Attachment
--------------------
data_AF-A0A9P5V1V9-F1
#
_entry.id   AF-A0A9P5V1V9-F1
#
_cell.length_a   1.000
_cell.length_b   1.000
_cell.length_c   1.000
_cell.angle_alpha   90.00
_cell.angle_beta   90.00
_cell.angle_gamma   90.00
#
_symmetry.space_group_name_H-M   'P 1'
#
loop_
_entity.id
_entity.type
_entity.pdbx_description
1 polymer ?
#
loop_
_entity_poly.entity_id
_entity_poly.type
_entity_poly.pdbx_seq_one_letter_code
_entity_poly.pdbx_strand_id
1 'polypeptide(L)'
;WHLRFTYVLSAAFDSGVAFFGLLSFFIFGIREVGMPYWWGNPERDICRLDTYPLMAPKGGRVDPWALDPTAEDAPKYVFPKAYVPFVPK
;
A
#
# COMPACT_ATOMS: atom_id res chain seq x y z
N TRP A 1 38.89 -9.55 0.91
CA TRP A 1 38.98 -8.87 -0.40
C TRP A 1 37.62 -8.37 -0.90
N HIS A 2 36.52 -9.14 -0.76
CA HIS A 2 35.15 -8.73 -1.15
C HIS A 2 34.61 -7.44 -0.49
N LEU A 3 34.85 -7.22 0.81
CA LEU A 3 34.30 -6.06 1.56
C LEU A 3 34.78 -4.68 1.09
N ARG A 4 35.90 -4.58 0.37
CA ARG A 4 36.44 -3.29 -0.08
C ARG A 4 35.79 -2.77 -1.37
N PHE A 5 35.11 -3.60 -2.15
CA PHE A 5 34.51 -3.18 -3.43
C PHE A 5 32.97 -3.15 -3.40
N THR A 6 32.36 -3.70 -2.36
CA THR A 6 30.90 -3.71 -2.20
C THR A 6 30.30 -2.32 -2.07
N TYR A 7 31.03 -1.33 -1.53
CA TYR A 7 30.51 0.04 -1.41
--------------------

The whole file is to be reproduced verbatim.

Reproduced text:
data_AF-A0A9P5V1V9-F1
#
_entry.id   AF-A0A9P5V1V9-F1
#
_cell.length_a   1.000
_cell.length_b   1.000
_cell.length_c   1.000
_cell.angle_alpha   90.00
_cell.angle_beta   90.00
_cell.angle_gamma   90.00
#
_symmetry.space_group_name_H-M   'P 1'
#
loop_
_entity.id
_entity.type
_entity.pdbx_description
1 polymer ?
#
loop_
_entity_poly.entity_id
_entity_poly.type
_entity_poly.pdbx_seq_one_letter_code
_entity_poly.pdbx_strand_id
1 'polypeptide(L)'
;WHLRFTYVLSAAFDSGVAFFGLLSFFIFGIREVGMPYWWGNPERDICRLDTYPLMAPKGGRVDPWALDPTAEDAPKYVFPKAYVPFVPK
;
A
#
# COMPACT_ATOMS: atom_id res chain seq x y z
N TRP A 1 38.89 -9.55 0.91
CA TRP A 1 38.98 -8.87 -0.40
C TRP A 1 37.62 -8.37 -0.90
N HIS A 2 36.52 -9.14 -0.76
CA HIS A 2 35.15 -8.73 -1.15
C HIS A 2 34.61 -7.44 -0.49
N LEU A 3 34.85 -7.22 0.81
CA LEU A 3 34.30 -6.06 1.56
C LEU A 3 34.78 -4.68 1.09
N ARG A 4 35.90 -4.58 0.37
CA ARG A 4 36.44 -3.29 -0.08
C ARG A 4 35.79 -2.77 -1.37
N PHE A 5 35.11 -3.60 -2.15
CA PHE A 5 34.51 -3.18 -3.43
C PHE A 5 32.97 -3.15 -3.40
N THR A 6 32.36 -3.70 -2.36
CA THR A 6 30.90 -3.71 -2.20
C THR A 6 30.30 -2.32 -2.07
N TYR A 7 31.03 -1.33 -1.53
CA TYR A 7 30.51 0.04 -1.41